Go slow on shale drilling

The Marcellus shale natural gas deposit could prove a vital resource for this nation's energy future. Scientists have estimated that the Appalachians may yield hundreds of trillions of cubic feet of natural gas, at a value of $1 trillion.

Maryland could have a piece of that action. The Marcellus runs under the western part of the state, perhaps a mile below the surface. It can potentially be extracted by a controversial technique known as hydraulic fracturing, where water is used to break up rock and allow the gas to be released.

It is tempting to want to see domestic natural gas production flourish, not only because of the money and jobs it might bring to the state but because gas can potentially help make this country less dependent on other more problematic fossil fuels. Nevertheless, some caution is in order.

That was the message heard last week from John Quigley, the former secretary of the Pennsylvania Department of Conservation and Natural Resources. He is no opponent of natural gas, but he sees "complex and daunting" environmental consequences to Marcellus extraction.

Appearing before the House of Delegates' Environmental Matters Committee, Mr. Quigley said his state's experience with the industry so far should sound a cautionary tale to others. Already, Pennsylvania has seen drinking water wells contaminated, leaks of wastewater pits, well blowouts, explosions and fires. Altogether, there have been thousands of recorded violations of environmental regulations, he told the committee.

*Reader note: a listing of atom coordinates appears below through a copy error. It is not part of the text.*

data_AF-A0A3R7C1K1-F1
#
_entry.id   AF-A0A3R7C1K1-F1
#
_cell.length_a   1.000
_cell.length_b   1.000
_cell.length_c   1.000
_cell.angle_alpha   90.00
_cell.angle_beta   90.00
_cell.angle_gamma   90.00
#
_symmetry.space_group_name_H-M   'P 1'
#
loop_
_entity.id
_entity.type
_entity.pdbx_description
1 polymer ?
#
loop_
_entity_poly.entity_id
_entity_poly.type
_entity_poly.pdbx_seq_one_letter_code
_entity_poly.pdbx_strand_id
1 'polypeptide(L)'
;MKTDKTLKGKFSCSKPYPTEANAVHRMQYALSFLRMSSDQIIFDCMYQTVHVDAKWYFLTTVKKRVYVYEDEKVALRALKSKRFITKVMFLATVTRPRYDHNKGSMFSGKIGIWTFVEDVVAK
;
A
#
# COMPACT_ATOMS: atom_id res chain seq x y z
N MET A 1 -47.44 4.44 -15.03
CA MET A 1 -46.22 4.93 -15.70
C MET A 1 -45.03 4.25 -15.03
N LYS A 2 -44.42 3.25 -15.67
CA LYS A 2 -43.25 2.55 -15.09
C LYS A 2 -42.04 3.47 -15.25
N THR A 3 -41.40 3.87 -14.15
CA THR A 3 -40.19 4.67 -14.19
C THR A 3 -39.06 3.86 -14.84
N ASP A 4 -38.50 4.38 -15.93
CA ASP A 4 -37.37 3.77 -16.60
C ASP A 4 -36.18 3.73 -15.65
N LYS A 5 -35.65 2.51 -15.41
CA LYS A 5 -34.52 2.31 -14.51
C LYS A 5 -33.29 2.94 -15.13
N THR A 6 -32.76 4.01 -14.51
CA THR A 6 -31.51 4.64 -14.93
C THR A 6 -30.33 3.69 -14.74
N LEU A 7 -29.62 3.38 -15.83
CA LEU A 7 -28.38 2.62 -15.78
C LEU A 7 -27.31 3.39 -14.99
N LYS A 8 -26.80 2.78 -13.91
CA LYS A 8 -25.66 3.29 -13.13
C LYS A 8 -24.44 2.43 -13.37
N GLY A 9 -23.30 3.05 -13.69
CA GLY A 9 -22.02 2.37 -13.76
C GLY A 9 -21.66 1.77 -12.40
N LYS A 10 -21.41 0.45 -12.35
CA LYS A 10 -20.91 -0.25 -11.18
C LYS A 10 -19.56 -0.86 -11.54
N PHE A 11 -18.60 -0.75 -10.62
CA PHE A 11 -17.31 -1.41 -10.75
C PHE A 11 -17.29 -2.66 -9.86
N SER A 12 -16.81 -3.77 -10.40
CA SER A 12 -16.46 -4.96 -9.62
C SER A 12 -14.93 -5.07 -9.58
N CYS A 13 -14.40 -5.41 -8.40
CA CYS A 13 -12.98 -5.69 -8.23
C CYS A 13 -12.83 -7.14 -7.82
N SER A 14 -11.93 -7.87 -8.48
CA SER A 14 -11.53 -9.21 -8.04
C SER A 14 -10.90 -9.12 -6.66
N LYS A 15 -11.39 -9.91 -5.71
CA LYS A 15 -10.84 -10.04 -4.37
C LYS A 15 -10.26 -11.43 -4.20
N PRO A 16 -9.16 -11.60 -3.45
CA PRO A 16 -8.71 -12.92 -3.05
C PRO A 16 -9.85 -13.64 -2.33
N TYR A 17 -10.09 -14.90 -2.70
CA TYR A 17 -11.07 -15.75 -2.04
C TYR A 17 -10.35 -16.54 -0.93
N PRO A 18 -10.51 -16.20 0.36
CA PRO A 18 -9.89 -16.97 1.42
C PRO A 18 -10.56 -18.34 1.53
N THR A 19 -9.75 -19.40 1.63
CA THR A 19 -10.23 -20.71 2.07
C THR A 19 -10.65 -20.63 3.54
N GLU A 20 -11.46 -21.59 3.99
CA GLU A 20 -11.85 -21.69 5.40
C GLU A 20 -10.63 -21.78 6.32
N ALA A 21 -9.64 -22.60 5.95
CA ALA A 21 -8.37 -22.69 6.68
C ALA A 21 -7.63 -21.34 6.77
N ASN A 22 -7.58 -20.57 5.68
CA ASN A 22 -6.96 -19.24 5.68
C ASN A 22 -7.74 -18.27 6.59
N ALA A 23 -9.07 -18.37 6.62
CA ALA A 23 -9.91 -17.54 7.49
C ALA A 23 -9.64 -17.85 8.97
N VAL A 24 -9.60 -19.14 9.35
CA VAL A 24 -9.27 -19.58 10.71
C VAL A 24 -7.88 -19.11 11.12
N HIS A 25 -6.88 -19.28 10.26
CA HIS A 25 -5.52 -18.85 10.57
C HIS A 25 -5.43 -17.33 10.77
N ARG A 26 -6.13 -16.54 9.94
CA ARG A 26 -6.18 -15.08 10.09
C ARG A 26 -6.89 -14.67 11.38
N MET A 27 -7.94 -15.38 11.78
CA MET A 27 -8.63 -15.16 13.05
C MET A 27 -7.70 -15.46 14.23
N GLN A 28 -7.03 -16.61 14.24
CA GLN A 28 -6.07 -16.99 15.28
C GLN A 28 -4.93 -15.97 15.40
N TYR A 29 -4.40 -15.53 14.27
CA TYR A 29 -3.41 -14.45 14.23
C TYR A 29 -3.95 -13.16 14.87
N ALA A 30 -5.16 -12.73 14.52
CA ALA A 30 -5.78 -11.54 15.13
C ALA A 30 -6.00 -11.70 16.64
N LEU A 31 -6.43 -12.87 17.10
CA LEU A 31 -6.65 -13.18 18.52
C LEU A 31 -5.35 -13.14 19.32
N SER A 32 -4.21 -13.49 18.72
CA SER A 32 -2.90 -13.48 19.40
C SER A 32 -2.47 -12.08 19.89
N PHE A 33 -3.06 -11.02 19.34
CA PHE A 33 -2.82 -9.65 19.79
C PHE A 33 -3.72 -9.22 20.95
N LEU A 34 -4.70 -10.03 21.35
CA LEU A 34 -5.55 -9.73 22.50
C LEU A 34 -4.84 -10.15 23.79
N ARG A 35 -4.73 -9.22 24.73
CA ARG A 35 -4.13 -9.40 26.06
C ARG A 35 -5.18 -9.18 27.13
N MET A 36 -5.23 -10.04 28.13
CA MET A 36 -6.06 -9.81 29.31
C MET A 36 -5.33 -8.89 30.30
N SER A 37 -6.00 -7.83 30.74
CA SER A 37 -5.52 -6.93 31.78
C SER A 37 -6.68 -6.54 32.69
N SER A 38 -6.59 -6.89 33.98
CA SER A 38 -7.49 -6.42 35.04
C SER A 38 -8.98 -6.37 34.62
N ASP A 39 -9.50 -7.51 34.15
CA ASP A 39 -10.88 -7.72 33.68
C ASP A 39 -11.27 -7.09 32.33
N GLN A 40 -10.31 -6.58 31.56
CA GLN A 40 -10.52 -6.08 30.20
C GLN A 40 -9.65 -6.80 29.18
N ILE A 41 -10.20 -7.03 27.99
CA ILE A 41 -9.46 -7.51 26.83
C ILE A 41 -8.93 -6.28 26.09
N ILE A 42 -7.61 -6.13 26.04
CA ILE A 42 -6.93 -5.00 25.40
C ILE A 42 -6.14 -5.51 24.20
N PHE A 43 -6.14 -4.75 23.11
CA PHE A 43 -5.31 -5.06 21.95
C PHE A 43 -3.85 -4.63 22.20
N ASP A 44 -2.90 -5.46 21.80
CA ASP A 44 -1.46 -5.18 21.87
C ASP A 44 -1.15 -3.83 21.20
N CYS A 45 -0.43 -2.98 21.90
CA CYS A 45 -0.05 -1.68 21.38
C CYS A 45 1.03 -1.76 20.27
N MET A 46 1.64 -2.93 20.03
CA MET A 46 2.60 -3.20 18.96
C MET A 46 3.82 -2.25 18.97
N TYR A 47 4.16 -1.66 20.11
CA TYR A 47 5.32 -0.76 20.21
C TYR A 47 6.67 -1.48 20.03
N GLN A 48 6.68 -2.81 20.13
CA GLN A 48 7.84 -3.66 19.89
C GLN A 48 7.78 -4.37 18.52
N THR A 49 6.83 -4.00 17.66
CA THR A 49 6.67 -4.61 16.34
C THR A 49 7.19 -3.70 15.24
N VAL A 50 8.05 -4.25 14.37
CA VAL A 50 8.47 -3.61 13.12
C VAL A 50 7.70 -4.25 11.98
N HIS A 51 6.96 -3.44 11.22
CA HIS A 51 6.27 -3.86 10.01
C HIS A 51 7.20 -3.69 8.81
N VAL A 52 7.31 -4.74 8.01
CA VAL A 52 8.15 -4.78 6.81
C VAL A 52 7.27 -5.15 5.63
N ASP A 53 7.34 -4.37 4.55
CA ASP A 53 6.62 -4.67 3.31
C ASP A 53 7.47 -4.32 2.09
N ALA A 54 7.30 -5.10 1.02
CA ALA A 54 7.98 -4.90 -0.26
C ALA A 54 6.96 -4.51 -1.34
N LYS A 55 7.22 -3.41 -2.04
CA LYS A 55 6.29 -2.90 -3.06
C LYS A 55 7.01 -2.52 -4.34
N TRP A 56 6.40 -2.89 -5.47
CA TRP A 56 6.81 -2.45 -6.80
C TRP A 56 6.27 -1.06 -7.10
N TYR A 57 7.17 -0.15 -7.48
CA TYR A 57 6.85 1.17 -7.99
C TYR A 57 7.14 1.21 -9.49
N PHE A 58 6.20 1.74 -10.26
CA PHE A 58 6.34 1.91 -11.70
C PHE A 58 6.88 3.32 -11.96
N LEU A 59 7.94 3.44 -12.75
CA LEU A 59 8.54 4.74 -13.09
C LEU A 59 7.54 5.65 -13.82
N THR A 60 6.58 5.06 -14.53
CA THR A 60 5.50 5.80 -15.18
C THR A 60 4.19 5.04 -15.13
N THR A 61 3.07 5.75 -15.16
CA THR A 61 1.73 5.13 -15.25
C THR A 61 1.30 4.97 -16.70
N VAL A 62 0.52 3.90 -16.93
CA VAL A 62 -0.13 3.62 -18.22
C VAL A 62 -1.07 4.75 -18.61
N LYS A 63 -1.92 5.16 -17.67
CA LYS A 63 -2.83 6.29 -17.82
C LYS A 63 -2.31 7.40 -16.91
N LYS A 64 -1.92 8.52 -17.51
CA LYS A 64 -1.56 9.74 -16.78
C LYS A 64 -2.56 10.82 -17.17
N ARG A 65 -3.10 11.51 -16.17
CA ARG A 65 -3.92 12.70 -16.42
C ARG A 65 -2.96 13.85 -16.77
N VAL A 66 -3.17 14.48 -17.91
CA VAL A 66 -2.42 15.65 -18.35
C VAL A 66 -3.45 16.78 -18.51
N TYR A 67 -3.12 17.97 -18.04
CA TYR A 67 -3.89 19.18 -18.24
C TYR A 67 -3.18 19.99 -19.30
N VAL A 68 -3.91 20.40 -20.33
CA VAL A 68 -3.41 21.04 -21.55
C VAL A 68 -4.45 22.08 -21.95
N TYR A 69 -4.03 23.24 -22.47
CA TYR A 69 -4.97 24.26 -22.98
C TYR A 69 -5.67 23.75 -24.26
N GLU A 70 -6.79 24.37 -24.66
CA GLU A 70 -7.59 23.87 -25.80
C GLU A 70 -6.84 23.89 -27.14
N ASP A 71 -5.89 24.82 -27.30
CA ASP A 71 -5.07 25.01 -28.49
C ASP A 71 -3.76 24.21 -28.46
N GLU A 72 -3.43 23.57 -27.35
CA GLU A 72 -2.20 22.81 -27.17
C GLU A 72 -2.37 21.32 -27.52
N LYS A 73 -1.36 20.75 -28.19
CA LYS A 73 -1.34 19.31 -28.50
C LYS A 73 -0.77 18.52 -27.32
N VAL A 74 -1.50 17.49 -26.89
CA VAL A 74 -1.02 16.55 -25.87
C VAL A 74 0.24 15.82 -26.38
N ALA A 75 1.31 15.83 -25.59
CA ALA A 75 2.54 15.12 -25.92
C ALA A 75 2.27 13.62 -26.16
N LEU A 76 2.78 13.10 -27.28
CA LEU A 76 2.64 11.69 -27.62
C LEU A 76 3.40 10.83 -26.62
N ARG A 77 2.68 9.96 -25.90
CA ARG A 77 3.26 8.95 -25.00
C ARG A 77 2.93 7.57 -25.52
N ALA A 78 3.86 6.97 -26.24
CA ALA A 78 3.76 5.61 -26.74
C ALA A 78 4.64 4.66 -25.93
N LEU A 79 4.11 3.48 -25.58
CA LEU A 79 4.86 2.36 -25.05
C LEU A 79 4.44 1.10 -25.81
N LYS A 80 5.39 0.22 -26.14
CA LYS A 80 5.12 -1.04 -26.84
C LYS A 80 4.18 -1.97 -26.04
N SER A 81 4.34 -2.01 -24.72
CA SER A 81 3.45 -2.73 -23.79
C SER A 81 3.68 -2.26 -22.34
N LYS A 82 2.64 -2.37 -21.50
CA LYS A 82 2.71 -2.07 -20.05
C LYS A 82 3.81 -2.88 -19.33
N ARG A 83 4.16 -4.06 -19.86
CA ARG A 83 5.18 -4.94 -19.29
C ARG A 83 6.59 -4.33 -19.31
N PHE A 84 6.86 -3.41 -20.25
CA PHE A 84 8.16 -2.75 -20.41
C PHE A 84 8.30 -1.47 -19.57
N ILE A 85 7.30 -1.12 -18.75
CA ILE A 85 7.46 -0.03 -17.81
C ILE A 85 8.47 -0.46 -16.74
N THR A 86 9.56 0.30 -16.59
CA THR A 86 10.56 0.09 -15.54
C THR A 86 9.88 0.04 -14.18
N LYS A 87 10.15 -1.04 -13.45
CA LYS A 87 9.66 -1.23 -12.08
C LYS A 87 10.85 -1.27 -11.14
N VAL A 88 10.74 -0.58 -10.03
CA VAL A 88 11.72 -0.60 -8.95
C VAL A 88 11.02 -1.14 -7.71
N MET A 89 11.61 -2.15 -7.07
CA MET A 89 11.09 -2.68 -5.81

Clearly, natural gas is not the only precious resource at stake in this debate. Clean water is, too. The industry claims that the potential for the water and chemicals used in fracturing to be released into the groundwater is small and the technique has been in use for decades, but the risk posed to the environment is too great to be treated lightly.

Nor is groundwater contamination the only problem that has surfaced in Pennsylvania. Questions have also arisen as to whether the state had appropriate regulations in place to protect local communities from other problems associated with gas development, ranging from heavy truck traffic to the influx of out-of-state workers.

That's why legislation pending in Annapolis that would slow down new natural gas production in Maryland is a sensible step. The measure would require the Maryland Department of the Environment to consider many of the environmental issues raised in Pennsylvania and involve local governments in the decision-making process before any permits could be granted.

Why not learn from the mistakes made in Pennsylvania and elsewhere? The nation will need natural gas years into the future as much as it does today — or next month or next year. Better to do it right than to allow big energy companies to exploit Maryland's natural resources first and have questions asked later.

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